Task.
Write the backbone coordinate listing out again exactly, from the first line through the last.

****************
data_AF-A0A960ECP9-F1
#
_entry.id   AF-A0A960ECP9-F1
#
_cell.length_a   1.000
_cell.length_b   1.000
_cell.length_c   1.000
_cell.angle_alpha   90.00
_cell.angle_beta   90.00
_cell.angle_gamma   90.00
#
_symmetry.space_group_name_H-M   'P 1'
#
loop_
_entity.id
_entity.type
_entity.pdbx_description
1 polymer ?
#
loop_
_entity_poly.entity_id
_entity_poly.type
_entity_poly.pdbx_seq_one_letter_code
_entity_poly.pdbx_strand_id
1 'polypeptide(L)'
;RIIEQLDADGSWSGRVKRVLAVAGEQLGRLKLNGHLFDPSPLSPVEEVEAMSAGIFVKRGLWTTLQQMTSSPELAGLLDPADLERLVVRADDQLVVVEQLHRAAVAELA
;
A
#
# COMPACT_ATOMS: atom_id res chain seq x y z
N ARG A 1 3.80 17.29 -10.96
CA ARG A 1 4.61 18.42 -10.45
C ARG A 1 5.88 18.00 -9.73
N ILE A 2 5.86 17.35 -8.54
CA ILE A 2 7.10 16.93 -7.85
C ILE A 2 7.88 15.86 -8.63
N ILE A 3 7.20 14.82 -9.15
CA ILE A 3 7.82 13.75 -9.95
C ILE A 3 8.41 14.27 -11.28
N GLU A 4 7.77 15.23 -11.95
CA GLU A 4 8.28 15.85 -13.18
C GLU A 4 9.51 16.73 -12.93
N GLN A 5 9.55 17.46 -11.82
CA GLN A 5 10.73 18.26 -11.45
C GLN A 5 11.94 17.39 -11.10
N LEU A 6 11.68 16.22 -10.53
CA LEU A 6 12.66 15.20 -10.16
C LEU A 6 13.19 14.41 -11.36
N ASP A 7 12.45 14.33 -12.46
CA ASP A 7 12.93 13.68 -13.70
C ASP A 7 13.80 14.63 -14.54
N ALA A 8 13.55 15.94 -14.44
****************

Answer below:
data_AF-A0A960ECP9-F1
#
_entry.id   AF-A0A960ECP9-F1
#
_cell.length_a   1.000
_cell.length_b   1.000
_cell.length_c   1.000
_cell.angle_alpha   90.00
_cell.angle_beta   90.00
_cell.angle_gamma   90.00
#
_symmetry.space_group_name_H-M   'P 1'
#
loop_
_entity.id
_entity.type
_entity.pdbx_description
1 polymer ?
#
loop_
_entity_poly.entity_id
_entity_poly.type
_entity_poly.pdbx_seq_one_letter_code
_entity_poly.pdbx_strand_id
1 'polypeptide(L)'
;RIIEQLDADGSWSGRVKRVLAVAGEQLGRLKLNGHLFDPSPLSPVEEVEAMSAGIFVKRGLWTTLQQMTSSPELAGLLDPADLERLVVRADDQLVVVEQLHRAAVAELA
;
A
#
# COMPACT_ATOMS: atom_id res chain seq x y z
N ARG A 1 3.80 17.29 -10.96
CA ARG A 1 4.61 18.42 -10.45
C ARG A 1 5.88 18.00 -9.73
N ILE A 2 5.86 17.35 -8.54
CA ILE A 2 7.10 16.93 -7.85
C ILE A 2 7.88 15.86 -8.63
N ILE A 3 7.20 14.82 -9.15
CA ILE A 3 7.82 13.75 -9.95
C ILE A 3 8.41 14.27 -11.28
N GLU A 4 7.77 15.23 -11.95
CA GLU A 4 8.28 15.85 -13.18
C GLU A 4 9.51 16.73 -12.93
N GLN A 5 9.55 17.46 -11.82
CA GLN A 5 10.73 18.26 -11.45
C GLN A 5 11.94 17.39 -11.10
N LEU A 6 11.68 16.22 -10.53
CA LEU A 6 12.66 15.20 -10.16
C LEU A 6 13.19 14.41 -11.36
N ASP A 7 12.45 14.33 -12.46
CA ASP A 7 12.93 13.68 -13.70
C ASP A 7 13.80 14.63 -14.54
N ALA A 8 13.55 15.94 -14.44